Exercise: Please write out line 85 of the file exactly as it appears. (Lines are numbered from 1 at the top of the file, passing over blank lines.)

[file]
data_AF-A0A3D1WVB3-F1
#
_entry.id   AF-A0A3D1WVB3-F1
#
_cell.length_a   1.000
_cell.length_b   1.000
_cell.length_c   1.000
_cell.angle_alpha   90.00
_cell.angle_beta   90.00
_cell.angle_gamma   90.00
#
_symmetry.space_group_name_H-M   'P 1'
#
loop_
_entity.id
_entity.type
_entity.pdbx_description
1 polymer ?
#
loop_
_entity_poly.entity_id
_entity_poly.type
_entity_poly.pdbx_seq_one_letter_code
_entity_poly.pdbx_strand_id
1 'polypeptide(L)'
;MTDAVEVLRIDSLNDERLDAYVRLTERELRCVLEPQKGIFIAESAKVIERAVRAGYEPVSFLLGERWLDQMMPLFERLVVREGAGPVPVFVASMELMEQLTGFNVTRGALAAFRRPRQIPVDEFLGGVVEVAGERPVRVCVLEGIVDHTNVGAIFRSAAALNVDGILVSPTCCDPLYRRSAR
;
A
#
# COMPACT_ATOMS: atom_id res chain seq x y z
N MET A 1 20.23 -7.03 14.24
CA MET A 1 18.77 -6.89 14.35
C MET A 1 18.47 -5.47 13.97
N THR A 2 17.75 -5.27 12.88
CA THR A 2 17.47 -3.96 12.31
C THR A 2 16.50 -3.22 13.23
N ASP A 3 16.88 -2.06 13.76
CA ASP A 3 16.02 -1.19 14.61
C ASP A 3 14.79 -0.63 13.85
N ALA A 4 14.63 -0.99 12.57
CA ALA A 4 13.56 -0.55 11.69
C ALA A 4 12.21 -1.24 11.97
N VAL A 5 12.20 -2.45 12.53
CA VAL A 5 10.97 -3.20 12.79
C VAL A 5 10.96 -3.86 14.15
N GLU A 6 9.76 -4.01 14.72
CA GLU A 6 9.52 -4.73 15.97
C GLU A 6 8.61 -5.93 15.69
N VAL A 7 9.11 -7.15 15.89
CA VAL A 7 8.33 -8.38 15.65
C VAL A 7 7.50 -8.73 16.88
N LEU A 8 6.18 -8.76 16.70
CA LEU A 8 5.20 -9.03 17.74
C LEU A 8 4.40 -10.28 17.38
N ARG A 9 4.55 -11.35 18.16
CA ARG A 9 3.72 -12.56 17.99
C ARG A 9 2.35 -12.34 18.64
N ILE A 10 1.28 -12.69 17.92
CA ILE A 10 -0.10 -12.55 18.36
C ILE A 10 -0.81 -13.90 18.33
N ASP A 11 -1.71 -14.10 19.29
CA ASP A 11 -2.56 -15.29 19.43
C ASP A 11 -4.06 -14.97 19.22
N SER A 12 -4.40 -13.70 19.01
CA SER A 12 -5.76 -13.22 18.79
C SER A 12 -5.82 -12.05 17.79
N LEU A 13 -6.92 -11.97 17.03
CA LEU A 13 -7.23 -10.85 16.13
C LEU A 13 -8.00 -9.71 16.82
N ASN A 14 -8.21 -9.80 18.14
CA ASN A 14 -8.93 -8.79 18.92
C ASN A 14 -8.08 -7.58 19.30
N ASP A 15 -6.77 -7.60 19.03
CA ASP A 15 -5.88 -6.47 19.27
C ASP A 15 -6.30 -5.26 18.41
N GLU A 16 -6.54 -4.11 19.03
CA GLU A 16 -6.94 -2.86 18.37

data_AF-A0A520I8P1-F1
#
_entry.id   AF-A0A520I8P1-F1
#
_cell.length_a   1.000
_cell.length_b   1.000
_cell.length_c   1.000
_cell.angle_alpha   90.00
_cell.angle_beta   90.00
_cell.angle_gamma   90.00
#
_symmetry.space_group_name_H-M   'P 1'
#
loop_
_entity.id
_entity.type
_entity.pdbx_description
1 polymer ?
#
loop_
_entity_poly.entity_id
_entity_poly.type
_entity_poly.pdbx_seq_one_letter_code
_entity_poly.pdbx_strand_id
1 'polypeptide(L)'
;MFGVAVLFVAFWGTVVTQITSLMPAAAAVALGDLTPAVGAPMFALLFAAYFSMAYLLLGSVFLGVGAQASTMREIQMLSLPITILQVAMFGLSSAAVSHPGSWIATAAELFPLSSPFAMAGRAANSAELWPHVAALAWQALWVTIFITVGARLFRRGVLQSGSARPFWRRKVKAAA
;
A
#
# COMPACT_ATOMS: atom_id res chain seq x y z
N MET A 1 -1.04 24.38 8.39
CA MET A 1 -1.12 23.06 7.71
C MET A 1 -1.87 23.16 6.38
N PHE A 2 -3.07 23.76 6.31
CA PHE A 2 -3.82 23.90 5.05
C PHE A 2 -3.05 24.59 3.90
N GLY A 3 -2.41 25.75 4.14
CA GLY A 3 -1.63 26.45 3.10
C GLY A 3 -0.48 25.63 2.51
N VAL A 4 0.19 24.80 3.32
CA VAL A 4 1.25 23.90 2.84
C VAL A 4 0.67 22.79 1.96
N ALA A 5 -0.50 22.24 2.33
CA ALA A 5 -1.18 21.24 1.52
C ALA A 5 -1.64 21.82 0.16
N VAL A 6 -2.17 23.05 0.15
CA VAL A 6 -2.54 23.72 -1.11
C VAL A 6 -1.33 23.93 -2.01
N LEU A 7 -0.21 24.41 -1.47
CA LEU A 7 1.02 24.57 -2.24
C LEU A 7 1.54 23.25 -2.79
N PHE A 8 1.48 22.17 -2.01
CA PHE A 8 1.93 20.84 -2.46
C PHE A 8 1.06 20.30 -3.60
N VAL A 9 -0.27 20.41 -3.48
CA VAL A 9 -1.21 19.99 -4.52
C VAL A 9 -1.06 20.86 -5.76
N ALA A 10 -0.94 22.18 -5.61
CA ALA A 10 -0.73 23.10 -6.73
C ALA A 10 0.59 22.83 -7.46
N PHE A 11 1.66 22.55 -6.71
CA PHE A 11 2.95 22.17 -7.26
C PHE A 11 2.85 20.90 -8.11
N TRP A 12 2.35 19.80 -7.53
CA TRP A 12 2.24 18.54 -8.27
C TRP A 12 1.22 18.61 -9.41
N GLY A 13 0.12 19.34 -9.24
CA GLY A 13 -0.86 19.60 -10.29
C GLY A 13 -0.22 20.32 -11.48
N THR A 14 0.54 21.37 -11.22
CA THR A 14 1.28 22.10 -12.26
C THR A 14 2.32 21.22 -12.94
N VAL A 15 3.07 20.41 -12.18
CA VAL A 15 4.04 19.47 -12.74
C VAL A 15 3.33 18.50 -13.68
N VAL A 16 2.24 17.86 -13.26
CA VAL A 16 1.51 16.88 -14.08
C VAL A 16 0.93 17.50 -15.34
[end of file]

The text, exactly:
_cell.angle_alpha   90.00